Who We Are
Salt Spring Apple Company is a partnership between Peri Lavender and Brian Webster, with significant contributions from our orchard manager (currently Adam Morris), family members, part-time workers, numerous volunteer WWOOFers and, of course, Jester and Scout, our self-appointed wildlife control officers.
Why We're Doing This
Some folks will always buy the cheapest mass-produced food and beverages they can find, grown who-knows-where using questionable farming practices and shipped across the world. Salt Spring Apple Company does not target those folks.
Others – more and more all the time – are looking to reconnect their food choices with where they live and its history, eat and drink locally grown and made foods and connect with the farmers who grow it. We grow organic apples and use them to create quality food and beverage products for these other folks.
A century ago and more, Salt Spring Island was British Columbia’s primary source of fresh apples. Salt Spring apples were grown, sold and consumed in quantity on the Island and were shipped to the nearby cities of Victoria and Vancouver and across Western Canada.
In 1894, the B.C. Government reported that Salt Spring Islanders had planted some 13,739 apple trees. These were huge, productive standard-sized trees, each capable of producing dozens of bushels of fruit each year. By early in the 20th century, an estimated 20,000 bushel boxes – 360,000 kilograms of apples – were shipped off the island annually.
Salt Spring was B.C.’s fruit basket because our mild climate, decent soils and accessibility to relatively large cities made it an ideal place to grow apples. But that was before industrial agriculture changed the nature of food production – and almost every Canadian community’s landscape – in a fundamental way.
This change took only a few decades to occur, but its implications have been lasting. Cheap fossil fuels – and the gas-guzzling technologies they fostered – made it possible. Fossil fuels were transformational, enabling:
- Huge mechanized farms, including orchards.
- Extensive use of chemicals – many of them derived from fossil fuels – to eliminate pests, unwelcome plants and disease and to induce increased production.
- Inexpensive long-distance trucking.
The 20th century emergence of a fossil-fuel-based economy led to the production of apples – and virtually everything else we consume – shifting from close-to-home to distant locales. Inexpensive mass-grown ‘conventionally-produced’ apples, mainly from the Okanagan Valley and Washington State eventually drove Salt Spring Island’s apples from the marketplace. Before the 1920s were done, Salt Spring apple growing had been reduced to novelty and nostalgia.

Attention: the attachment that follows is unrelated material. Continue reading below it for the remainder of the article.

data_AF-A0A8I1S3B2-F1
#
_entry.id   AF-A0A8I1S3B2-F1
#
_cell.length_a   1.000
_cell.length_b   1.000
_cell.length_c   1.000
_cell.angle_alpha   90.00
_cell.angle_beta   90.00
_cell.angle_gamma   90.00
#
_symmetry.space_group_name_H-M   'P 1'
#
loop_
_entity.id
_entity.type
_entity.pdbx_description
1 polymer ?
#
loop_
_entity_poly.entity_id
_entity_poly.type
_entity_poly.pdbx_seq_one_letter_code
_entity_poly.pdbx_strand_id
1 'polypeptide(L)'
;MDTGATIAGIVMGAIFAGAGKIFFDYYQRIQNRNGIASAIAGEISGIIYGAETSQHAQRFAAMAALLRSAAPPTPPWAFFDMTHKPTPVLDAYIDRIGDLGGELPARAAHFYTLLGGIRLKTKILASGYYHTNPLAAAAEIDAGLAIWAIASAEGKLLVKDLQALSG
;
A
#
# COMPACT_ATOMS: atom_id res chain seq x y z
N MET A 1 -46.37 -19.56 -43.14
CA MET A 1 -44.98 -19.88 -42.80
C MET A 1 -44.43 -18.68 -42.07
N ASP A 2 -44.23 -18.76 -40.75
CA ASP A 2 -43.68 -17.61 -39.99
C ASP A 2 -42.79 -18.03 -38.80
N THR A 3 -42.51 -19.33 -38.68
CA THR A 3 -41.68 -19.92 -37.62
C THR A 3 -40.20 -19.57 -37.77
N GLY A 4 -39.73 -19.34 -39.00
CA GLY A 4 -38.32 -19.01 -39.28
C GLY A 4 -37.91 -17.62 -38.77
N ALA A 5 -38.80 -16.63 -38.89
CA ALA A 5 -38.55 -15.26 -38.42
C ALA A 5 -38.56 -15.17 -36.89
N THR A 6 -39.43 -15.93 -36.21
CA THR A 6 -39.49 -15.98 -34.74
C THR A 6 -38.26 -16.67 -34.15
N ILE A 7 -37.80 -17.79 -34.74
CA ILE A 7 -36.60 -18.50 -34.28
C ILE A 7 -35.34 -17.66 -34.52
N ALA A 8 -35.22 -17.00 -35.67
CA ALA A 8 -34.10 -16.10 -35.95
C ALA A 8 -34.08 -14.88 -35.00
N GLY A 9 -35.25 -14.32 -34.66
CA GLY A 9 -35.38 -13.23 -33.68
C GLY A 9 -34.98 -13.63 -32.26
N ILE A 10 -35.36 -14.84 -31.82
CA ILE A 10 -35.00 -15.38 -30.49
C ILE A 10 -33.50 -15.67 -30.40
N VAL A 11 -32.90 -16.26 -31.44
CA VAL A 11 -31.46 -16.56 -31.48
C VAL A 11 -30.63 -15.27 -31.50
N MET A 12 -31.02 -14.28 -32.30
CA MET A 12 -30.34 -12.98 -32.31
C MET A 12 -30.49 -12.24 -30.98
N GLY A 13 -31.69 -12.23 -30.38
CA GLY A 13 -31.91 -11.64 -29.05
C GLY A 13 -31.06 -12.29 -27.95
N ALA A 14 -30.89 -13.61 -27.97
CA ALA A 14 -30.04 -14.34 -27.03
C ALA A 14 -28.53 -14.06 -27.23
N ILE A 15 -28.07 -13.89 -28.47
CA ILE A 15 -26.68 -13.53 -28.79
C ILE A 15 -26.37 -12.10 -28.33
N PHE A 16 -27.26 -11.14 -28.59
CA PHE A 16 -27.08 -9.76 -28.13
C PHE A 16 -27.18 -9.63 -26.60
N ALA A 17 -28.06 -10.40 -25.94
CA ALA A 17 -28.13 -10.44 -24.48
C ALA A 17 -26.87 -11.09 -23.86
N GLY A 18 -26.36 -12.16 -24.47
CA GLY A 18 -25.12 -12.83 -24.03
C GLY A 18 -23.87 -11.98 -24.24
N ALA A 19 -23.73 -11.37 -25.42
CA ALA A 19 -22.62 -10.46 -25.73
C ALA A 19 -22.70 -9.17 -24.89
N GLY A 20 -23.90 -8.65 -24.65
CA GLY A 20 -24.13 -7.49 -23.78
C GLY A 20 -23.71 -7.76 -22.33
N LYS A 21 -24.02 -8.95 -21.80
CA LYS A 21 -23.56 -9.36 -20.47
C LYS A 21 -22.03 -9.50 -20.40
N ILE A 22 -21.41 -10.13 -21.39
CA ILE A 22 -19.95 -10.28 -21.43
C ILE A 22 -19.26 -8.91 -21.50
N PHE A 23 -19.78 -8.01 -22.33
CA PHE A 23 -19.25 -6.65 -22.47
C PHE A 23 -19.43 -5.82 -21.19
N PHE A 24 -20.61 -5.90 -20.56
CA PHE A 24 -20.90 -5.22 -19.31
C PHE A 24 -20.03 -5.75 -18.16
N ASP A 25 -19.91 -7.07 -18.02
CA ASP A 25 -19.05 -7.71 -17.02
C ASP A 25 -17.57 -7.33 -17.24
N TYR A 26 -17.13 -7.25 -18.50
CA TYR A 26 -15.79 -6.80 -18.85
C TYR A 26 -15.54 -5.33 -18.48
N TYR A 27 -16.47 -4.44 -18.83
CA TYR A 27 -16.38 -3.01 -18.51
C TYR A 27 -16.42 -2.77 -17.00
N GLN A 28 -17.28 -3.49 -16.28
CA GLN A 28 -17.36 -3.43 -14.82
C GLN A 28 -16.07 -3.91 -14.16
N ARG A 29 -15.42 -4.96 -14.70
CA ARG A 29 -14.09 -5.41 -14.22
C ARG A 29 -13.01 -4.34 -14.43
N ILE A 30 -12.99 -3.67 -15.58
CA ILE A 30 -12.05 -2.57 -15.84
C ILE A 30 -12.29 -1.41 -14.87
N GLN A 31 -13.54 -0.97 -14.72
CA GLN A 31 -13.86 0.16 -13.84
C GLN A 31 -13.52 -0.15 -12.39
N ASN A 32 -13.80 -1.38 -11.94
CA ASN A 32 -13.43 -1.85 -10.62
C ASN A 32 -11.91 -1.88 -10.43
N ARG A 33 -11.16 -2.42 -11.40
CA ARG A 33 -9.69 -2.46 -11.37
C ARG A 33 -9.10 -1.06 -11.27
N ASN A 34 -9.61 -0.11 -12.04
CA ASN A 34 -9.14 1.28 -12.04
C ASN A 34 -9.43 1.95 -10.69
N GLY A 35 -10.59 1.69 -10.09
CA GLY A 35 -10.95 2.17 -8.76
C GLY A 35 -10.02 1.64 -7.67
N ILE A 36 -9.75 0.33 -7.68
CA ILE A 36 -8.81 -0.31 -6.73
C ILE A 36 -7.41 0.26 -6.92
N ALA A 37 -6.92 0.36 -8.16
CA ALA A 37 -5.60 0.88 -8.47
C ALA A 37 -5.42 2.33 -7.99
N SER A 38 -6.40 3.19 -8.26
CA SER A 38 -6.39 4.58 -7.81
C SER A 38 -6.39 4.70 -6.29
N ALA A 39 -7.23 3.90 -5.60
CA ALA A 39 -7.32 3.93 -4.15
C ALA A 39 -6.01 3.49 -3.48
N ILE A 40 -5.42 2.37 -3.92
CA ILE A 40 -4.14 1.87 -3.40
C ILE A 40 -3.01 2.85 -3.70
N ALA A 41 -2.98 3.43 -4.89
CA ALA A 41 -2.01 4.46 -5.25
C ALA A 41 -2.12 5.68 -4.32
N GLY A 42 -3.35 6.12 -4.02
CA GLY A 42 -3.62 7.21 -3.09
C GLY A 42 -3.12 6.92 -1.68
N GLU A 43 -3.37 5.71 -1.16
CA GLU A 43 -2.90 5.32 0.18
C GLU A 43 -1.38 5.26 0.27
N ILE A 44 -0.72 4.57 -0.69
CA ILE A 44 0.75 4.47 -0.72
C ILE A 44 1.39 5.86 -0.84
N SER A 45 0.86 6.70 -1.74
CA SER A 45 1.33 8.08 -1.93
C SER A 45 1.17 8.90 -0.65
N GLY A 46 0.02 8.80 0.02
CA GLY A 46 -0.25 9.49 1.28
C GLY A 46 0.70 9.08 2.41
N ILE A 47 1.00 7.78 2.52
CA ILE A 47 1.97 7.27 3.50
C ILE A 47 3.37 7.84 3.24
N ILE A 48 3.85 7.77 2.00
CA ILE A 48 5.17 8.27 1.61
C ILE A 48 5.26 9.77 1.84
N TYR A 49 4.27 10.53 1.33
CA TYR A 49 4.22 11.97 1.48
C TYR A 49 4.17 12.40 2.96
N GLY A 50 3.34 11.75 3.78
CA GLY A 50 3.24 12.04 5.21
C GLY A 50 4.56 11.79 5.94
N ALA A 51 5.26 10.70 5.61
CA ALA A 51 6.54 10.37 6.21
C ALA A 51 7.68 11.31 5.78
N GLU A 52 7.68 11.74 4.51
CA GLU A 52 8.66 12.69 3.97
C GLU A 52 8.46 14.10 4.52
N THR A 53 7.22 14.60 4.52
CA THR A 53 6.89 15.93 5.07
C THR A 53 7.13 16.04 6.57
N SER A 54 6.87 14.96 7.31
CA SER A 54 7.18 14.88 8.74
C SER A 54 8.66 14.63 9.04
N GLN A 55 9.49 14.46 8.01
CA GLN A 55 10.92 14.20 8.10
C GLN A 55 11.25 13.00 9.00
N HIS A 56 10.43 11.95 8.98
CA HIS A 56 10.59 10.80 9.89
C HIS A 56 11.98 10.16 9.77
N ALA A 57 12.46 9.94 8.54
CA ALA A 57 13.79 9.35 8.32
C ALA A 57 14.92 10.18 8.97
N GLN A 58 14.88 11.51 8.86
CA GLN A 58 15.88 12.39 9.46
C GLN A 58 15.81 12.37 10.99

It’s not just Salt Spring’s apple exports that dried up; even production for local consumption declined. By the time we started planting our little orchard, the vast majority of apples consumed on the Island came from elsewhere. It’s almost as if the attributes that once made the Island an apple haven had never really existed.
Encouraging New Directions
Everything that made Salt Spring Island a great place to grow apples in the 19th century is still true today. Salt Spring’s climate is mild, its soil is fertile enough for apples to thrive and the nearby markets of Victoria and Vancouver need fresh produce more than ever. For these reasons and others, we believe a renaissance for Salt Spring Island apple growing is at hand.
Today, there is renewed and increasing interest in wholesome, organic foods grown nearby. Salt Spring Island has developed strong regional (and even national) name recognition as a source for quirky, unique, high-quality products, whether artwork, cheese, wine or – yes – organic apples. And over the past decade, Salt Spring’s agricultural community has begun working together with purpose, dedicated to restoring the Island’s agricultural prominence.
While Okanagan and Similkameen Valley growers - not to mention the vast orchards of foreign lands - have climatic and economic advantages in mass-producing apples, smart Salt Spring growers are taking a different path, eschewing large-scale production of 'generic' varieties in favour of distinctive, high-quality, organic apple-growing that serves a niche market of connoisseurs and supporters of local and regional food production.
This is the direction we are going. It's why we established Salt Spring Apple Company. Through this business, we hope we're building on the inroads a handful of Salt Spring apple growers such as Harry Burton were already making when we started, while taking advantage of modern knowledge and techniques.
We're growing in harmony with the land and in our own small way, helping renew and reinvigorate Salt Spring’s position as British Columbia’s historic apple source.